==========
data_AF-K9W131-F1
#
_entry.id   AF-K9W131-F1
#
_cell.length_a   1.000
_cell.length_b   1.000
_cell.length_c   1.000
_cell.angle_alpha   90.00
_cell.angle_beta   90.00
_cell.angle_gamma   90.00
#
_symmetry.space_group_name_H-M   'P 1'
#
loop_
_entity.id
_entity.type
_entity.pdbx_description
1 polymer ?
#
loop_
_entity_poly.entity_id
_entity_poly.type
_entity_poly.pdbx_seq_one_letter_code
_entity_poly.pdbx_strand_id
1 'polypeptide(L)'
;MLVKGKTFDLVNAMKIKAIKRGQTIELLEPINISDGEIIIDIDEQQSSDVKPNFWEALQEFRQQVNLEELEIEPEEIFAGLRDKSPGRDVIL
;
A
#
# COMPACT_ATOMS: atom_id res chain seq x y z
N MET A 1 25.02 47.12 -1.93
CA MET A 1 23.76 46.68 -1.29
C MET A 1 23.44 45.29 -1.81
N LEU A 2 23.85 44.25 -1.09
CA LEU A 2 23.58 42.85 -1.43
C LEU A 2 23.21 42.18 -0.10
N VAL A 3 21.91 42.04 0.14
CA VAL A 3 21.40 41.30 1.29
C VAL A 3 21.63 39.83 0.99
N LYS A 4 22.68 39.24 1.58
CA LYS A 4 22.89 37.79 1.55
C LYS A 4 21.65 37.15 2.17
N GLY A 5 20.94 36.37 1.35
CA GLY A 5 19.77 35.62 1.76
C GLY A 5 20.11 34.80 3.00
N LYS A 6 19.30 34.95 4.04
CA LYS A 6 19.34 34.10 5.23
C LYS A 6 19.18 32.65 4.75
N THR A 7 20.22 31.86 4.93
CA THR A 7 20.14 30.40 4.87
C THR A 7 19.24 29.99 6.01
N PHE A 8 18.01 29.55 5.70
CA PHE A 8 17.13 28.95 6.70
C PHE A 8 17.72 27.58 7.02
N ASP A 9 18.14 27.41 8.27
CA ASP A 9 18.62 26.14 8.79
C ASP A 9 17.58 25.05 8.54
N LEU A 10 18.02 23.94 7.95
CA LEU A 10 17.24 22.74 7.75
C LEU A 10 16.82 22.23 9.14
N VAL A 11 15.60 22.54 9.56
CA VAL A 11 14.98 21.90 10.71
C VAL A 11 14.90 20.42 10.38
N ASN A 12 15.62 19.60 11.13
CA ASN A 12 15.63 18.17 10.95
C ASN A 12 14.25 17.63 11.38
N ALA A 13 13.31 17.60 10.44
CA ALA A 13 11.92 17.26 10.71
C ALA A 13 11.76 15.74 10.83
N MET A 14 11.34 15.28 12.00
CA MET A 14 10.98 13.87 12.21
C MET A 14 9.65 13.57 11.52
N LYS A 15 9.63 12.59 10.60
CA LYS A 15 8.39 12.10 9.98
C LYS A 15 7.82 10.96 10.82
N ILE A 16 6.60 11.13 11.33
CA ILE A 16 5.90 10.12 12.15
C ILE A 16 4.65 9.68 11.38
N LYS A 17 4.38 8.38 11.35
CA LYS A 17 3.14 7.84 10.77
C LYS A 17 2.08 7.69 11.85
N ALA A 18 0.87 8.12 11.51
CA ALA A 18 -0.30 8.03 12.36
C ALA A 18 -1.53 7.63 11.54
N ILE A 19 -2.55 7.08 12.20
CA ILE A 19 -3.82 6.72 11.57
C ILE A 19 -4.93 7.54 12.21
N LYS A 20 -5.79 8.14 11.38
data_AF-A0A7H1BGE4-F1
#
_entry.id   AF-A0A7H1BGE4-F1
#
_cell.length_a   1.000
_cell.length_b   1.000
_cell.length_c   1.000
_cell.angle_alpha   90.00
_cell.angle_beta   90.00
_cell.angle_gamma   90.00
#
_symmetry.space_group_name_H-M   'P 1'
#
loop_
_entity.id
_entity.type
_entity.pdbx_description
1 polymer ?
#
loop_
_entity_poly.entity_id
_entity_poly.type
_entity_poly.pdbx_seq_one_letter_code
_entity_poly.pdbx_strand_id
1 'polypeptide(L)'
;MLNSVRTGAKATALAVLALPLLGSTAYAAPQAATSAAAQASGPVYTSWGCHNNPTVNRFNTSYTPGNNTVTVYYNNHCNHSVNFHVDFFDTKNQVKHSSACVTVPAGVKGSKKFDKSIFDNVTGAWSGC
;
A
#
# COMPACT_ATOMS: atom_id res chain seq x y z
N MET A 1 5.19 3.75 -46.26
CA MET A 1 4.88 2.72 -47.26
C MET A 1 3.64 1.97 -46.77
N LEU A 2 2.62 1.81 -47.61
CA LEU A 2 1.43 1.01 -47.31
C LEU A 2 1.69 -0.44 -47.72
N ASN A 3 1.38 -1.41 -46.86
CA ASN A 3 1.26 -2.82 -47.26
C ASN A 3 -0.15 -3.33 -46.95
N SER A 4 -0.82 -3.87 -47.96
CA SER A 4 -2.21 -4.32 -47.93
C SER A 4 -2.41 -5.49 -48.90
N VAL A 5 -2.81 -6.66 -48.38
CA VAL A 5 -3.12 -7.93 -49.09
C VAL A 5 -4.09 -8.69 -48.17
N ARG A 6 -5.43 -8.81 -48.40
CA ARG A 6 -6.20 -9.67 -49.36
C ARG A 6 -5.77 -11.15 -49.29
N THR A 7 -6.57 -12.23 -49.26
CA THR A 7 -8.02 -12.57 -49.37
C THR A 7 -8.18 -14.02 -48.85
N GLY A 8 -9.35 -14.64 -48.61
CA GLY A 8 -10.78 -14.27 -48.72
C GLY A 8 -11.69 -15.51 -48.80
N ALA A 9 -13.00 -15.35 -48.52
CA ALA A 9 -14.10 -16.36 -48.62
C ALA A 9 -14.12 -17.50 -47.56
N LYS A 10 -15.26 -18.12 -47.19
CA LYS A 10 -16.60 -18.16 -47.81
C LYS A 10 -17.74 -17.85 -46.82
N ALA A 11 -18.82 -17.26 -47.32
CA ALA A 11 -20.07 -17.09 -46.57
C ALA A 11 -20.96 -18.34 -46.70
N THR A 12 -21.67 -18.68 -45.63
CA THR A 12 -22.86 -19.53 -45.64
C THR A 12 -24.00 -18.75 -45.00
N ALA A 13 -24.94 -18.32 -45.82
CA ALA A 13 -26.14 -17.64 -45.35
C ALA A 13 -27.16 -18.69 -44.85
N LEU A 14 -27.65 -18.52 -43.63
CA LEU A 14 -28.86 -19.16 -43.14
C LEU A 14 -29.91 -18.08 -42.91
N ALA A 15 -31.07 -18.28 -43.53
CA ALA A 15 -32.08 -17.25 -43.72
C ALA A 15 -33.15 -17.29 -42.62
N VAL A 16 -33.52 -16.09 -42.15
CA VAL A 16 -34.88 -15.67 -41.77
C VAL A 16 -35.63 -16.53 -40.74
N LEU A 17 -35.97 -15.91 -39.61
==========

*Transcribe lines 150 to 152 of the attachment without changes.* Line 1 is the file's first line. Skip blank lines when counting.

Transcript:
CA ALA A 11 -20.07 -17.09 -46.57
C ALA A 11 -20.96 -18.34 -46.70
N THR A 12 -21.67 -18.68 -45.63